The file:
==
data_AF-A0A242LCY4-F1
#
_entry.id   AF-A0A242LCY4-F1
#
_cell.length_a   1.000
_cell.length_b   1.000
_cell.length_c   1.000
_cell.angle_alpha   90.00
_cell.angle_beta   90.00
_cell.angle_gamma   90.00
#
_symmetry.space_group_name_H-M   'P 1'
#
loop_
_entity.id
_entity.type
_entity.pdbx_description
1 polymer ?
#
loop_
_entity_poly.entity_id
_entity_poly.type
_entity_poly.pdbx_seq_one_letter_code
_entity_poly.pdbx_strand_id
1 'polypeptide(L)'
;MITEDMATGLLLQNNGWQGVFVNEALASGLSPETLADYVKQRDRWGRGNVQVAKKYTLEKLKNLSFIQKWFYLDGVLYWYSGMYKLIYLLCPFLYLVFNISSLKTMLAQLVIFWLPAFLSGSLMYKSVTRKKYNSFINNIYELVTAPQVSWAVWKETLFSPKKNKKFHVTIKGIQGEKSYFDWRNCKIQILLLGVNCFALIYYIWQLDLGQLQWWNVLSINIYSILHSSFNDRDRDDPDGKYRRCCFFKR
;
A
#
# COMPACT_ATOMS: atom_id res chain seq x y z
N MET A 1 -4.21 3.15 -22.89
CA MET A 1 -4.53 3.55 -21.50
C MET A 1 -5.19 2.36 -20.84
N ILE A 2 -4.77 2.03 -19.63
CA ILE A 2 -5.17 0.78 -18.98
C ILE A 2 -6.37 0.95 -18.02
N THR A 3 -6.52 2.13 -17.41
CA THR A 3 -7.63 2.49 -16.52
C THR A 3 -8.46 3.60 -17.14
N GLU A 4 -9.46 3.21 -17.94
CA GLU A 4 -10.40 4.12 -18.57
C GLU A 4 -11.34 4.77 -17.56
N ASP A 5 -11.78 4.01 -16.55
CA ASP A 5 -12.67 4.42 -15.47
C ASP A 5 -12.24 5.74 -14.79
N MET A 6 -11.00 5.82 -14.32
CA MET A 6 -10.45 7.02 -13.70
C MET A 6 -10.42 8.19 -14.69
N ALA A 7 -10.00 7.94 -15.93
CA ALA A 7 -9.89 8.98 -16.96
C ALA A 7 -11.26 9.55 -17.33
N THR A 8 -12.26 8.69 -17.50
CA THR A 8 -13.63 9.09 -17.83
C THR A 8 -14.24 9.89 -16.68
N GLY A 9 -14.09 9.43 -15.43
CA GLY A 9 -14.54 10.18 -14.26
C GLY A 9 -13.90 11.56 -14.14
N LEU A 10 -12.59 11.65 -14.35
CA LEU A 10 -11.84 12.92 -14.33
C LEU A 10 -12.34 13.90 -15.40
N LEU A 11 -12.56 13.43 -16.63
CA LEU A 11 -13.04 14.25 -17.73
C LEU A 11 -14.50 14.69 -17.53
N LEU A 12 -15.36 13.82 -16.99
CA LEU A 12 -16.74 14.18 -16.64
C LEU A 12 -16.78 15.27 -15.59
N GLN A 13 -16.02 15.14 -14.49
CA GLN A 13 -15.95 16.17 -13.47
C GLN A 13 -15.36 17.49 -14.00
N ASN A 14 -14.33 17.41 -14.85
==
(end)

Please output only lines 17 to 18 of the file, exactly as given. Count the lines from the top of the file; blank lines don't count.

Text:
_entity.pdbx_description
1 polymer ?